At 89, Kusama is celebrated for her colourful polka-dot motifs and her immensely popular Infinity Mirrored Rooms. However, her critical and commercial success comes after decades of struggle against a traumatic upbringing, lifelong mental illness, a conservative Japanese art world, and racism and sexism in the West.
Frustrated by Japan’s conservative culture, Kusama moved to New York in 1958. Once there, she gained notoriety with her avant-garde sculptures, installations and performances – but little success. She was stymied by sexism and racism, and other artists adopted her ideas but failed to acknowledge her contribution.
Disheartened, she returned to Tokyo in 1970, and voluntarily retired to a mental institution. Nonetheless, she continued to create, habitually visiting her nearby studio to work. Today, Kusama’s polka dot creations draw huge crowds at exhibitions around the world, from America to Australia.
Filmed for more than a decade, Heather Lenz’s debut documentary shows how Kusama overcame countless odds to create a legacy of artwork that spans the disciplines of painting, sculpture, installation art, performance art, poetry, and novels, and has endured to become the top-selling female artist in the world.
Unfolding over several decades, Yayoi Kusama’s career has both exemplified and transcended two of the most important art movements of the 20th century: Pop art and Minimalism. Her highly influential work spans paintings, performances, room-sized presentations, outdoor sculptural installations, literary works, films, fashion, design and interventions, all of which expand and explore both microscopic and macroscopic universes.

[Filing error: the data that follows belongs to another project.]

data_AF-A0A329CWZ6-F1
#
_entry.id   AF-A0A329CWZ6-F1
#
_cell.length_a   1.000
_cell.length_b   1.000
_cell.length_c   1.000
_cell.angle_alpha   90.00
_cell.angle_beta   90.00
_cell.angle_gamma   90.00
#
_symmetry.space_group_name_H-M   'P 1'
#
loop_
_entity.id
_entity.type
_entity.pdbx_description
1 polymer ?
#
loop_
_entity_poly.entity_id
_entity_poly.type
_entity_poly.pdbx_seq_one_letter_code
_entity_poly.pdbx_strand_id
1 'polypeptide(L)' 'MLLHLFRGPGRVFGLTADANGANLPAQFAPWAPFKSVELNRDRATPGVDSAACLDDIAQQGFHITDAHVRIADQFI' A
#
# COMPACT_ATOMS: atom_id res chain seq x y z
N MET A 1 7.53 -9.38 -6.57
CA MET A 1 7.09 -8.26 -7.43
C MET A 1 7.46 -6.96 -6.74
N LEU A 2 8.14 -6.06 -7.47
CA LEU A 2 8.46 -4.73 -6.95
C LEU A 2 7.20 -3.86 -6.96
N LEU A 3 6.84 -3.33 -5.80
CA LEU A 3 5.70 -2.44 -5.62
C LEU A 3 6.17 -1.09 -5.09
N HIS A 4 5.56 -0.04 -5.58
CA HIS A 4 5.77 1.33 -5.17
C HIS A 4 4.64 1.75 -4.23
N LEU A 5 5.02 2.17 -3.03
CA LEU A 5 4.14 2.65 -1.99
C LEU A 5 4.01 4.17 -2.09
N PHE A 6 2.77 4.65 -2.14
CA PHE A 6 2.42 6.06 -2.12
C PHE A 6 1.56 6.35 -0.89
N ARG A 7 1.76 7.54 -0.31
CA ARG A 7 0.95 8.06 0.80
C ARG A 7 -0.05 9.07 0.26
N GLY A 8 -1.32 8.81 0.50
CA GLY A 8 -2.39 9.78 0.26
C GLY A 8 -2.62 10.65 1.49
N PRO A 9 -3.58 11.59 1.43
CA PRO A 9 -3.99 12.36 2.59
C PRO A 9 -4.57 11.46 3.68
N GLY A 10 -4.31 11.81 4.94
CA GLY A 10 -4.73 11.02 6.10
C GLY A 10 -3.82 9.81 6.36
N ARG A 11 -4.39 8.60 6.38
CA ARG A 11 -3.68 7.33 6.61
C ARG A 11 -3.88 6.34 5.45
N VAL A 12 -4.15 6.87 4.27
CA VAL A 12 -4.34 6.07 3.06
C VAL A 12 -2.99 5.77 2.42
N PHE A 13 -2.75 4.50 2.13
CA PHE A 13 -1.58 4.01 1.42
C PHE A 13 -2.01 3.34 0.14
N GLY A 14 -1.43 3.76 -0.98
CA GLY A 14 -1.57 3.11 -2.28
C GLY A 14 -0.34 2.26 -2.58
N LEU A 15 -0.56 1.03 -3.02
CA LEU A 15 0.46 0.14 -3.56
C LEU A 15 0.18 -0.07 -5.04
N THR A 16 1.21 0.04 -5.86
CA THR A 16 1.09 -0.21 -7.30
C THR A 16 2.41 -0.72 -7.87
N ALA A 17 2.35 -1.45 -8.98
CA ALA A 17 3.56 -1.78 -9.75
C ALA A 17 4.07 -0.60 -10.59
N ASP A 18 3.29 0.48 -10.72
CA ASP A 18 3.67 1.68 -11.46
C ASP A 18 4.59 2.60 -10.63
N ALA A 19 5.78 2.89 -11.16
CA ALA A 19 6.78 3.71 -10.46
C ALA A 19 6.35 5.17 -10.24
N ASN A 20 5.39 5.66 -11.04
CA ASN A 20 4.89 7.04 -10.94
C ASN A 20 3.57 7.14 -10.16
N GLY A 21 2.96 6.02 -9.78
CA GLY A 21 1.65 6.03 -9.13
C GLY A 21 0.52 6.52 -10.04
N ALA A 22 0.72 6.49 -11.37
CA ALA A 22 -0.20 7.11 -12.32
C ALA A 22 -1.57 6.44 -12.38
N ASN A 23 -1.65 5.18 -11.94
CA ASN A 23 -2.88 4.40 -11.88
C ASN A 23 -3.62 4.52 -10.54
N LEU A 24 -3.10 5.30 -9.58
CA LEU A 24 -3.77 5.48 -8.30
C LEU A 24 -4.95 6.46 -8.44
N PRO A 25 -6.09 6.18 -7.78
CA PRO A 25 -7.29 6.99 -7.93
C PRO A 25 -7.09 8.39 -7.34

One of the most – if not the most – popular artists in the world, Kusama continues to draw record numbers of visitors to her exhibitions internationally, while photos of her Infinity Mirrored Rooms have become omnipresent on social media. Kusama, who is now based in Tokyo, continues to tirelessly create art and participate in exhibitions.
In just the past few years, she has presented major shows at prestigious international institutions including the Centre Georges Pompidou, the Tate Modern, the Whitney Museum of American Art, the National Center of Art, Tokyo and the Hirshhorn Museum. In 2017, Kusama opened her own museum in Tokyo with the inaugural exhibition Creation Is a Solitary Pursuit, Love Is What Brings You Closer to Art.
Writer, director and producer Heather Lenz is passionate about documentaries and biographical films and drawn to stories about people with creative minds who have not walked a familiar beaten path. Her first short documentary about a bicycle inventor, Back to Back, was nominated for a student Academy Award and screened at film festivals worldwide. Lenz has degrees in Art History and Fine Arts from Kent State University. She also earned an MFA in Cinematic Arts from the University of Southern California.
“Heather Lenz has made a loving respectful film about a subject well worth documenting. If you love art, this is a must-see.” – POV Magazine
Kusama: Infinity screens at selected cinemas nationally from 26 December 2018. For more information, visit: www.madmanfilms.com.au for details.
Image: Yayoi Kusama (supplied)